Checking on the beef

Winter-born calf

Sammy the Steer, born at 4am in the freezing cold barn last January, is healthy and hefty at around 800lbs (360kg), and approaching the end of his arc as a provider of tasty, mainly grass-fed beef. He and his three pals will likely go off to auction in March. They’re heavier than they’d normally be on a mostly grass diet (supplemented with some grain), because Bob didn’t wean them from their mothers for an extra couple of months. Mother’s milk is good. I’ll miss cows on the new farm. Although I’ve never been involved in their day-to-day, they’ve been close neighbors. My real connection with them is through MANURE, tons and tons of 6- to 12-month-old, air-dried, partially-composted, nutrient-rich goodness in a constant, convenient heap, there for the taking. I don’t see cattle in my near farming future. I hope to get to them eventually, meanwhile, putting some animals in the new tiny farm food chain sooner than later is on my mind. Perhaps goats?

Facebooktwittergoogle_pluspinterestmail

7 thoughts on “Checking on the beef”

  1. Because you just don’t have enough to do…how about a couple of sheep?  You get milk (if you want it) and wool which we knitters love.  I know nothing about sheep care or their predators but I understand there are some very gentle breeds to be had.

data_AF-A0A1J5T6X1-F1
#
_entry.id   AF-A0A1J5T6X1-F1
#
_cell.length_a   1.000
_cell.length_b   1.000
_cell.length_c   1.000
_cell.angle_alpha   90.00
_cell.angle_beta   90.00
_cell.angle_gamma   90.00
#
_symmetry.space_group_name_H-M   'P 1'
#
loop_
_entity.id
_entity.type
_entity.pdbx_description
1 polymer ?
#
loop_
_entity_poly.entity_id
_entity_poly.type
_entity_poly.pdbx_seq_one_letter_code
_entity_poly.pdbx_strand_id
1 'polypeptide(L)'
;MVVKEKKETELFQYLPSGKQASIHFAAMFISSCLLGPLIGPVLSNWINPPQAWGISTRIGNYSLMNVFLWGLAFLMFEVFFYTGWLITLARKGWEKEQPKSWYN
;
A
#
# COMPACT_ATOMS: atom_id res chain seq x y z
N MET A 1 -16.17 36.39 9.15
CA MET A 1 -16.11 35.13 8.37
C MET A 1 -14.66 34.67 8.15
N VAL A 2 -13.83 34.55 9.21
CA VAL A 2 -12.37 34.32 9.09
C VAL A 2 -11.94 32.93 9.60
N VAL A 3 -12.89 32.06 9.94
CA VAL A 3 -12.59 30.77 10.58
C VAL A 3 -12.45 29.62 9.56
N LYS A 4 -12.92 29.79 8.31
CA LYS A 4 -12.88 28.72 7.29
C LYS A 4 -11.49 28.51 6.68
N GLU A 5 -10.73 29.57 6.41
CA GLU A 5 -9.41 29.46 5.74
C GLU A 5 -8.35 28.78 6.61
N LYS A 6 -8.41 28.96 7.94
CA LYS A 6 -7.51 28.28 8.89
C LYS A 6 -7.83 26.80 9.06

2. Goats are good….. if you have fences that will hold water :-)
    Dairy goats have to be managed a little different than meat goats.

    Pigs are good .
    They are always smiling & glad to see you.
    Lots of manure & they will eat garden & kitchen waste.

    Sheep are good.
    They’ll keep the grass down but don’t produce as much manure as pigs.
    Looks like it’s wet where you are.
    If you go for sheep stay away from fine wool breeds & stick with the ones with black hooves.

  3. I am thinking if put on 800 pounds in a year… my doctor may have a concern or too.  hope the construction is still going as planned and that the temperatures are balmy (closer to freezing).

  4. From what I have learned about livestock-

    Goats are wicked clever. They will eat ANYTHING, and they are a perfect garbage disposal. They will also eat your crops if you’re not careful. Their manure is _excellent_ balance of NPK, with a little extra K, which is good for vegetables (right?), not too heavy on the N which can burn.

    Sheep, (from my Aussie friends who have kept sheep), are really dumb. That’s why people ~need~ dogs to herd them. You’ve heard of sheepdogs, but not goatdogs.

Leave a Comment

This site uses Akismet to reduce spam. Learn how your comment data is processed.